Baltimore residents say shooting range bullets are hitting homes

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A law enforcement gun range in Fairfield County is being blamed by neighbors for flying bullets. But the police chief says there's no way.

Jerry Mock said one went through his son and daughter-in-law's barn. The couple had lived in the home on Leonard Road for 11 years.

Jamie Mock says in the last two years the range about a half mile behind them has become scary. They believe that's where the bullet came from.

Baltimore Police Chief Mike Tussey said he listened to neighbors' concerns. He had internal and external shooting experts do an investigation.

“Independently and not working together, they came to the same conclusion which was the round that hit that building did not come from the police range,” said Chief Tussey.

The chief explained the targets are purposely low so the guns have to point down to hit them. There is a berm behind the targets, it’s 11 feet at its lowest point.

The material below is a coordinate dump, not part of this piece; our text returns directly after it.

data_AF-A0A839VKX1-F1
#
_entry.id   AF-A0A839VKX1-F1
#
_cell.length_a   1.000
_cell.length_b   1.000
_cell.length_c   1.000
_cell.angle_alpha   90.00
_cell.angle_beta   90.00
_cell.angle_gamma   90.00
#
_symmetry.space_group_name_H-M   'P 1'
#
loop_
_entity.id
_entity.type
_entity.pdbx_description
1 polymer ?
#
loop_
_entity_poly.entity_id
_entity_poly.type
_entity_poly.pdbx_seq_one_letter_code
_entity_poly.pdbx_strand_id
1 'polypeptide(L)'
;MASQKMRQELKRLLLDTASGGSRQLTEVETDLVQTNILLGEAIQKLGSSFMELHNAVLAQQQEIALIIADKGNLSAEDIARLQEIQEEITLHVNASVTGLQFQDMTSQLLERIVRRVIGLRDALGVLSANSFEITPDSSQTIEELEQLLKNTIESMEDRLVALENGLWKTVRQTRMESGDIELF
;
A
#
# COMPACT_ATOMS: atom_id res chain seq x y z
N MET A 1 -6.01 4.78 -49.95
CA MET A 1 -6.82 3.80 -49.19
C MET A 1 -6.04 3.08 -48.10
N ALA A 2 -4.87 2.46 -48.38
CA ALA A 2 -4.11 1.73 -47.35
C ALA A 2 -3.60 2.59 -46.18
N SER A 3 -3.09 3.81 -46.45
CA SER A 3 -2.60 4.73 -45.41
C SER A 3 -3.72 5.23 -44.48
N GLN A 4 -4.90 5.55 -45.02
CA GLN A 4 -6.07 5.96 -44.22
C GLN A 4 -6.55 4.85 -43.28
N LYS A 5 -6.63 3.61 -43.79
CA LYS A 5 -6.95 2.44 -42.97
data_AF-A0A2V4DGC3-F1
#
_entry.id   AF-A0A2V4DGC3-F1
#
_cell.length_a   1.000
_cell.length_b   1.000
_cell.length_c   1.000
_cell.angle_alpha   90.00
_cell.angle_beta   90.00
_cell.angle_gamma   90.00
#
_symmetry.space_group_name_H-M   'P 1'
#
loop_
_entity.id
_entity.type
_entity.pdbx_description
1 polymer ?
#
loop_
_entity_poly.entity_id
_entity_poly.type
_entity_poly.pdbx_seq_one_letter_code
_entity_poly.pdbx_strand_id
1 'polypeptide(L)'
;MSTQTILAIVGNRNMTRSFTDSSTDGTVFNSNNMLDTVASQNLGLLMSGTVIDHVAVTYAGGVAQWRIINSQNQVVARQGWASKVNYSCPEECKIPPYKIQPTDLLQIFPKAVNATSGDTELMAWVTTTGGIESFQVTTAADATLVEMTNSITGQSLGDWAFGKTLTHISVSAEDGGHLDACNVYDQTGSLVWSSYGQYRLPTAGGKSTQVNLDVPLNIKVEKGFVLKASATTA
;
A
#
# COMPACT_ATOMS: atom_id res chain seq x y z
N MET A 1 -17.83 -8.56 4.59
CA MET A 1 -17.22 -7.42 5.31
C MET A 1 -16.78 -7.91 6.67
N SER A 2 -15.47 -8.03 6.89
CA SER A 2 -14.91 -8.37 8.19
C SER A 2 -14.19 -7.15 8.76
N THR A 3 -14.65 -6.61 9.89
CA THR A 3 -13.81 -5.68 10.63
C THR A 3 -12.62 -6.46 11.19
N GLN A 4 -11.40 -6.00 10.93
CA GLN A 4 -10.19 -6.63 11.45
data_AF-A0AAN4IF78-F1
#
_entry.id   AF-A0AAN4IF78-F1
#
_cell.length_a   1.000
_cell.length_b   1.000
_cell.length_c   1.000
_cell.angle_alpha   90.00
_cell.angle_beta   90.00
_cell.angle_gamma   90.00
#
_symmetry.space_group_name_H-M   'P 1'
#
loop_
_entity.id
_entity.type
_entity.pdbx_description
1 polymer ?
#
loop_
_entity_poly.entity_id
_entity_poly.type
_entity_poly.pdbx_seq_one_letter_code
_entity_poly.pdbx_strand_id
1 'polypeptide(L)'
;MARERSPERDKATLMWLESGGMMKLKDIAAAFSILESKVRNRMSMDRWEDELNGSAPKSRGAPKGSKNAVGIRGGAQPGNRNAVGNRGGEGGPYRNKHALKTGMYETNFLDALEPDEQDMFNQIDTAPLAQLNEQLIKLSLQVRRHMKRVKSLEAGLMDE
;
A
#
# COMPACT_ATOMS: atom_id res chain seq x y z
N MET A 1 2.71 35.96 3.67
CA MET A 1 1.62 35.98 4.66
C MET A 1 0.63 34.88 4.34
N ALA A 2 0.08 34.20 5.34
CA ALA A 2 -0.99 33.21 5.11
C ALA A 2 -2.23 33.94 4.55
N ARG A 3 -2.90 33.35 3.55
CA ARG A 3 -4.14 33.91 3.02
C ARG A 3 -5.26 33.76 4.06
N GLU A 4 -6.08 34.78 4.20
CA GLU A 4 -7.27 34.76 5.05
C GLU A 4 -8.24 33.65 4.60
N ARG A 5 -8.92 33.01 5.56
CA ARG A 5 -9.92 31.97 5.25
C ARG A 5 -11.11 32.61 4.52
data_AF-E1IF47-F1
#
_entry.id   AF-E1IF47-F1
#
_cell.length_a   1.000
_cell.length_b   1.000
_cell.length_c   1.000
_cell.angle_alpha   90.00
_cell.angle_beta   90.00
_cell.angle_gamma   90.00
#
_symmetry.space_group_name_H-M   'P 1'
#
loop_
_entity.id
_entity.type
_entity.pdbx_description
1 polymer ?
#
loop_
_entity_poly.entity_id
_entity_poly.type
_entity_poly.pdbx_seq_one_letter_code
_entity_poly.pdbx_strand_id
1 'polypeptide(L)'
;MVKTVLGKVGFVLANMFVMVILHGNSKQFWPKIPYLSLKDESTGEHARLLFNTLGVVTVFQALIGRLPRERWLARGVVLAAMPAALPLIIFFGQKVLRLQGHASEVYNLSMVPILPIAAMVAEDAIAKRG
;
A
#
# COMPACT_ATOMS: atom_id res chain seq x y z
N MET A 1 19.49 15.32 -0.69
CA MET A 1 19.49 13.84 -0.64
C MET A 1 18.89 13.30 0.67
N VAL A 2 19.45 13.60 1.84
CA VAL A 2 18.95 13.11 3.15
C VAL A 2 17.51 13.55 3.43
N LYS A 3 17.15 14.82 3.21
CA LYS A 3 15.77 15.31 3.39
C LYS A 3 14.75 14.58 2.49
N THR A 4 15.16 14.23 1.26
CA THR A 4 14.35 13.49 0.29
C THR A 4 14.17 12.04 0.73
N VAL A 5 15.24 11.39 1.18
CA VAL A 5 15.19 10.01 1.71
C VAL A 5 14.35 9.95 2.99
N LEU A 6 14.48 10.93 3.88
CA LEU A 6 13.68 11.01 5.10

“We’re in a deep valley so even if around could somehow get through this, it would have to go up that 150 feet just to get to field level,” said Chief Tussey.

But Jerry said he has pictures of trees above that line and barrels at the range with bullet holes. He's taken his concerns to the village and the county.

“I’m doing this for the grandkids and the area residents,” said Jerry, “I’m to the point now, that my goal is to get the whole thing shut down.”

Chief Tussey said he wants to work with the residents and come up with a resolution. There is a meeting planned Monday to discuss the shooting range.